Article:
Regulation and Supervision: An Ethical Perspective
AbstractThis essay shows that government credit-allocation schemes generate incentive conflicts that undermine the quality of bank supervision and eventually produce banking crisis. For political reasons, most countries establish a regulatory culture that embraces three economically contradictory elements: politically directed subsidies to selected bank borrowers; subsidized provision of explicit or implicit repayment guarantees for the creditors of banks that participate in the credit-allocation scheme; and defective government monitoring and control of the subsidies to leveraged risk-taking that the other two elements produce. In 2007-2008, technological change and regulatory competition simultaneously encouraged incentive-conflicted supervisors to outsource much of their due discipline to credit-rating firms and encouraged banks to securitize their loans in ways that pushed credit risks on poorly underwritten loans into corners of the universe where supervisors and credit-ratings firms would not see them.
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Bibliographic InfoPaper provided by National Bureau of Economic Research, Inc in its series NBER Working Papers with number 13895.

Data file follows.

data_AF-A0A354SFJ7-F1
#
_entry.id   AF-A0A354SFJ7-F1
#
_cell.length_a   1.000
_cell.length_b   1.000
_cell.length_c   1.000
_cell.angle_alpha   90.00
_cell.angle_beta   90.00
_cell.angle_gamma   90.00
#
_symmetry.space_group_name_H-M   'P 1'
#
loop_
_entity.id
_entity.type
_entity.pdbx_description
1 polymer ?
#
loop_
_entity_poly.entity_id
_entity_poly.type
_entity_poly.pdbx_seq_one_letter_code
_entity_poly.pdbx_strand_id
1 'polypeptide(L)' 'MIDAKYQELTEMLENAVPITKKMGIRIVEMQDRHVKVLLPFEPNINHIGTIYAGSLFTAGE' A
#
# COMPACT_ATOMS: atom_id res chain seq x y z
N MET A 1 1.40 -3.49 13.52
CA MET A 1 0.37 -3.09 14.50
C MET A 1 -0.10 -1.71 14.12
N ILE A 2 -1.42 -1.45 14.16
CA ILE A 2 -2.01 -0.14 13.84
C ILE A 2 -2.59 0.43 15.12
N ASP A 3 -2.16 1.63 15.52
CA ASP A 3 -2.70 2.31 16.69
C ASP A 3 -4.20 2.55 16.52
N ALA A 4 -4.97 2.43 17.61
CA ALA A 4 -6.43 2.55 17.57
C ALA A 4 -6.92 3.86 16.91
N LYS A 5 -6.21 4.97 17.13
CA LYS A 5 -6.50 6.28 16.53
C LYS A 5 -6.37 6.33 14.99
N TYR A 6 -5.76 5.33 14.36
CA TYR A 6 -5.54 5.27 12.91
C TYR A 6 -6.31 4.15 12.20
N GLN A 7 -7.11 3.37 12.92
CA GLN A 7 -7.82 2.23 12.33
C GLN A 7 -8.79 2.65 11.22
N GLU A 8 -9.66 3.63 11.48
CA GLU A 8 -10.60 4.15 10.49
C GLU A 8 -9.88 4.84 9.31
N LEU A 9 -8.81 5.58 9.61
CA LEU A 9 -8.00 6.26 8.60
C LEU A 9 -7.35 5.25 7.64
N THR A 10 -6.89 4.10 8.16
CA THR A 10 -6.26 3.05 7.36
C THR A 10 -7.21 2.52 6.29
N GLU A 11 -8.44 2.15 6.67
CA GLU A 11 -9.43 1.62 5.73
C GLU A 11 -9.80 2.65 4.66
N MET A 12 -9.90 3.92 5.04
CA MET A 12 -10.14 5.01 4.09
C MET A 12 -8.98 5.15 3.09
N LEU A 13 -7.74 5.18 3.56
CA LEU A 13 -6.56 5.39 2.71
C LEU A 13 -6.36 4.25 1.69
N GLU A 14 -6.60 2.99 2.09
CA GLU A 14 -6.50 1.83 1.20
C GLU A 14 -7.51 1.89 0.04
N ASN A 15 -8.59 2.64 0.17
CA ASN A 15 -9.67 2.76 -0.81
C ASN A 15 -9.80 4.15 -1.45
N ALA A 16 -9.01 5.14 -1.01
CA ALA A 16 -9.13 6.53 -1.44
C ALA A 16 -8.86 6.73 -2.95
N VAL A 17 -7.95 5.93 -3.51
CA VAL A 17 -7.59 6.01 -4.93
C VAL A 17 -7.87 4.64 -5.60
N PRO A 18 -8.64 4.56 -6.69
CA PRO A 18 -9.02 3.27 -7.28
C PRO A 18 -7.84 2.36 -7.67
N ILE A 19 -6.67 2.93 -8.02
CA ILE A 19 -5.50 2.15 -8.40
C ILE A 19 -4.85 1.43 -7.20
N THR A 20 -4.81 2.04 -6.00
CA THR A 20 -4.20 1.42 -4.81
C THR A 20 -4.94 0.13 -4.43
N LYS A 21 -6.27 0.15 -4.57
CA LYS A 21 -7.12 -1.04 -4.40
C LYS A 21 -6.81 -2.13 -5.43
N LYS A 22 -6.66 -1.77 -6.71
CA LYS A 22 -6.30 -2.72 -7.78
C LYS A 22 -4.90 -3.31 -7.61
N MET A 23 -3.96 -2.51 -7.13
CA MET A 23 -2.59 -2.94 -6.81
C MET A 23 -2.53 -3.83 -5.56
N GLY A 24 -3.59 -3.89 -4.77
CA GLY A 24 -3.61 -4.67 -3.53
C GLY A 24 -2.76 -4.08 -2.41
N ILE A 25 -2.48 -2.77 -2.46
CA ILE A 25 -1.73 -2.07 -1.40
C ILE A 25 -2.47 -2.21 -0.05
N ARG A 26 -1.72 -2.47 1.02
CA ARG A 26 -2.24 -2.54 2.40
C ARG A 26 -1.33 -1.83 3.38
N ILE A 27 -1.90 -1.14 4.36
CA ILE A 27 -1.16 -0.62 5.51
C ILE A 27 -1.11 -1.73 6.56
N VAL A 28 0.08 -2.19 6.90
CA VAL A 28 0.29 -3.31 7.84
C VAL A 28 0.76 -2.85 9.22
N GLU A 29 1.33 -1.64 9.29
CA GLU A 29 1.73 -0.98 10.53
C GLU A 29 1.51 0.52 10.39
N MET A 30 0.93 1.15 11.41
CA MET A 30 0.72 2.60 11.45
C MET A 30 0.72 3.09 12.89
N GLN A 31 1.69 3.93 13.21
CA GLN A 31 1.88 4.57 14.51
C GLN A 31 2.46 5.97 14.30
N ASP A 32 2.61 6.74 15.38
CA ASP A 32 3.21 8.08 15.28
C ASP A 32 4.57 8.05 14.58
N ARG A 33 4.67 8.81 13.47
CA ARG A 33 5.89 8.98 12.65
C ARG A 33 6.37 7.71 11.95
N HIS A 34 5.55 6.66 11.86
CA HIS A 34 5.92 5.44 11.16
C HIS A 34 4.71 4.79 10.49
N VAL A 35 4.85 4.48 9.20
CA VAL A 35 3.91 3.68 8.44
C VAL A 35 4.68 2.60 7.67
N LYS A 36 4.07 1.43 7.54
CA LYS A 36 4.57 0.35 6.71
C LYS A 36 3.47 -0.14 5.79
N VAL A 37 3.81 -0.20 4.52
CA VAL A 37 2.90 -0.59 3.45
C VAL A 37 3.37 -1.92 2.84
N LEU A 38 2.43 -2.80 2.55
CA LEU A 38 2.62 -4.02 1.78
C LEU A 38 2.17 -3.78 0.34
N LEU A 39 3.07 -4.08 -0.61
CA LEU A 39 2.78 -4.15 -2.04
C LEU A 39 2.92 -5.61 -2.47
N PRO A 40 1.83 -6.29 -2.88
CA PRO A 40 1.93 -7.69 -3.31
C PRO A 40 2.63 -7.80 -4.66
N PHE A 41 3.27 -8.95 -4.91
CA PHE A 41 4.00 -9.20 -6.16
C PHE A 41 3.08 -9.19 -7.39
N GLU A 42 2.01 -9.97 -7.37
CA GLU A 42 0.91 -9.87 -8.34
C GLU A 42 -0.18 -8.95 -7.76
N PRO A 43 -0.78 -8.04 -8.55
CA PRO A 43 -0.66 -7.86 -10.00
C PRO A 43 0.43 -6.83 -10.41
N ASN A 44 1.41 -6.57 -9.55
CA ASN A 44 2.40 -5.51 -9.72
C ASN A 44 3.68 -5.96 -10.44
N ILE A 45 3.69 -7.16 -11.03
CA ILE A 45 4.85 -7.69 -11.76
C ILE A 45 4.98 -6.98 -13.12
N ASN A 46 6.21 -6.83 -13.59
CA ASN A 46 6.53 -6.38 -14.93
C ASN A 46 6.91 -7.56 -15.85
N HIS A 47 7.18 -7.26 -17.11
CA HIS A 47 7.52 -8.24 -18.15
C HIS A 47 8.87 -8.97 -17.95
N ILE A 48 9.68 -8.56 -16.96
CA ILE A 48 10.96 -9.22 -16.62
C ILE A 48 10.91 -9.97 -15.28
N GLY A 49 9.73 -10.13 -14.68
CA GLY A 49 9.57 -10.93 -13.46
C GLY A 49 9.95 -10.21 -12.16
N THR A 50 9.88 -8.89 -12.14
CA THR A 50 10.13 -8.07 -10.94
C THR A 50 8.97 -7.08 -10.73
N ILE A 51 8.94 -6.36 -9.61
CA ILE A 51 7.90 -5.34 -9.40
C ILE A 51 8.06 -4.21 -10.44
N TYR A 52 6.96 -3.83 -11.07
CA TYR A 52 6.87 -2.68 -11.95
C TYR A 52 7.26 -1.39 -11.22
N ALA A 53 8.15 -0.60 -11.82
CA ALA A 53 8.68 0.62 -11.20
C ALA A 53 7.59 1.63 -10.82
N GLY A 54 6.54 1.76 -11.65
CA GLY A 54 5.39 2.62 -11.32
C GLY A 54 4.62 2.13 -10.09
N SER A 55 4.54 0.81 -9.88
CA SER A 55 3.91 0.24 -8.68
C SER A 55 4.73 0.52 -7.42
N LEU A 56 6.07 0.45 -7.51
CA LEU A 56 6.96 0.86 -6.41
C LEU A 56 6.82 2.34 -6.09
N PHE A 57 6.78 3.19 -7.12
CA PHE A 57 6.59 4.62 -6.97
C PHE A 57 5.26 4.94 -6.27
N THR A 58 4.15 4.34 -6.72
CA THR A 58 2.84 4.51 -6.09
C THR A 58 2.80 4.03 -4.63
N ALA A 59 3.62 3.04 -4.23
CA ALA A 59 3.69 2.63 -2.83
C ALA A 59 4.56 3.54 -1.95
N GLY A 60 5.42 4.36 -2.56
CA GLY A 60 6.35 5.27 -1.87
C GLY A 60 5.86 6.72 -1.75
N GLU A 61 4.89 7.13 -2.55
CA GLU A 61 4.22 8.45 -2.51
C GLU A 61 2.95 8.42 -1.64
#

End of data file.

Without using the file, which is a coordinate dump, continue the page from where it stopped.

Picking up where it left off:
Date of creation: Mar 2008
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Publication status: published as Regulation and Supervision: An Ethical Perspective Edward J. Kane The Oxford Handbook of Banking Print Publication Date: Jan 2012 Subject: Economics and Finance, Financial Economics, Public Economics and Policy Online Publication Date: Sep 2012 DOI: 10.1093/oxfordhb/9780199640935.013.0012
Note: LE ME
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Find related papers by JEL classification:
- G28 - Financial Economics - - Financial Institutions and Services - - - Government Policy and Regulation
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"Capital movements, asset values, and banking policy in globalized markets,"
606, Federal Reserve Bank of Chicago.
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